Centralized, Decentralized, and Compartmentalized

One way to describe the organization of advancement shops is the point at which they sit along the “centralized – decentralized” continuum.  “Centralized” shops are ones that provide advancement services to the institution they serve through one or several offices that report to one positional leader.  These shops are typically recognized as a “division of advancement” or some such name and they serve as the site for the planning, coordination, and implementation of all advancement-related efforts for that institution.

On the other side of the continuum, fully “decentralized” shops are those that have advancement services assigned and reporting to different functional areas of the institution.  For instance, each college of a university may have its own advancement function.

There is no “right” way to approach advancement centralization.  The complexity, history, culture, and needs of each institution as well as how donors relate to that institution should suggest how best to organize the advancement function.  However, one drawback of the decentralized model – however it is implemented – is the notion of compartmentalization.  Too often a decentralized shop becomes a compartmentalized one.

Just because an institution employs a decentralized advancement model does not mean that advancement efforts should be compartmentalized.  Even though reporting structures may vary for each advancement office in a decentralized model, the offices should still seek integration of their work.  For instance, integrated Prospect Management Team meetings should be held monthly so that leadership-level donors are encouraged to give their best possible gifts in support of the whole enterprise.  And marketing should be integrated across the enterprise so that brand elements are affirmed and communicated clearly to all constituencies.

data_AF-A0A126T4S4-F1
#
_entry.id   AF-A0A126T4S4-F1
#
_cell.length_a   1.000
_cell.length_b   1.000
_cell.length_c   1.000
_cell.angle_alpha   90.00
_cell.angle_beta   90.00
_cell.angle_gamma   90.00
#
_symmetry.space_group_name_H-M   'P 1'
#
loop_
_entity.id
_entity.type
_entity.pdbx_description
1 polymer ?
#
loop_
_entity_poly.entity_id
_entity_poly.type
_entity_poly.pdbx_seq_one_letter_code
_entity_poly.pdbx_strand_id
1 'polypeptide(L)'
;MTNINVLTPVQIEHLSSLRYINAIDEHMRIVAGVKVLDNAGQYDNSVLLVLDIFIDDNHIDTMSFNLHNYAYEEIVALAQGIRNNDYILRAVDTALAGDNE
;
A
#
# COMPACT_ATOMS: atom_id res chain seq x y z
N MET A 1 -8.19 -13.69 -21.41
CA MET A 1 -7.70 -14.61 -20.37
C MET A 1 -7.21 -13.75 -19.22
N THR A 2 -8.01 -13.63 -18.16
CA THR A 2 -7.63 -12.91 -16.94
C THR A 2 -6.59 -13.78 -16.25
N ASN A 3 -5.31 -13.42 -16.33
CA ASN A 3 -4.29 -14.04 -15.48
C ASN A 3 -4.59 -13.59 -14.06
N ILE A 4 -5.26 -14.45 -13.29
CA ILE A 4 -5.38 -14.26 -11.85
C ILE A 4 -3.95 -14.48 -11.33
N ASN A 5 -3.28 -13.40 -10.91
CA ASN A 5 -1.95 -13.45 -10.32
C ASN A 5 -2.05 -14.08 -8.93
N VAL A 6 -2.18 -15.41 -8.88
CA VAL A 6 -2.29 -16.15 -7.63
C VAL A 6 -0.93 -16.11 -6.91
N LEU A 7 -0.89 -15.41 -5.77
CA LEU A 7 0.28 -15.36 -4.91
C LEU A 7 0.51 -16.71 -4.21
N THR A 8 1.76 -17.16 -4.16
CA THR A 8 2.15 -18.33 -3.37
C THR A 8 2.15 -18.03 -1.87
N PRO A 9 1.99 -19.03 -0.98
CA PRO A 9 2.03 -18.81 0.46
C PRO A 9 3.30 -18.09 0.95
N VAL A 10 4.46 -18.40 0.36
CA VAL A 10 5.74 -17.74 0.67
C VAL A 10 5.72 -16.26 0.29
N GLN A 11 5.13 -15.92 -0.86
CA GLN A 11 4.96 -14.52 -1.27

To be both decentralized and integrated takes leaders with a long-view.  It means that staff evaluations need to affirm coordination and working across silos.  It means recognizing that our donors respond best when we approach them with a single comprehensive proposal, instead of multiple disjointed and uncoordinated solicitations.  It means that leaders need to have an ego for the entire enterprise that is at least as big than the ego they have for their individual areas.

At your institution, it may make exceptionally good sense for advancement functions to be decentralized.  But it never makes good sense for advancement functions to be compartmentalized.


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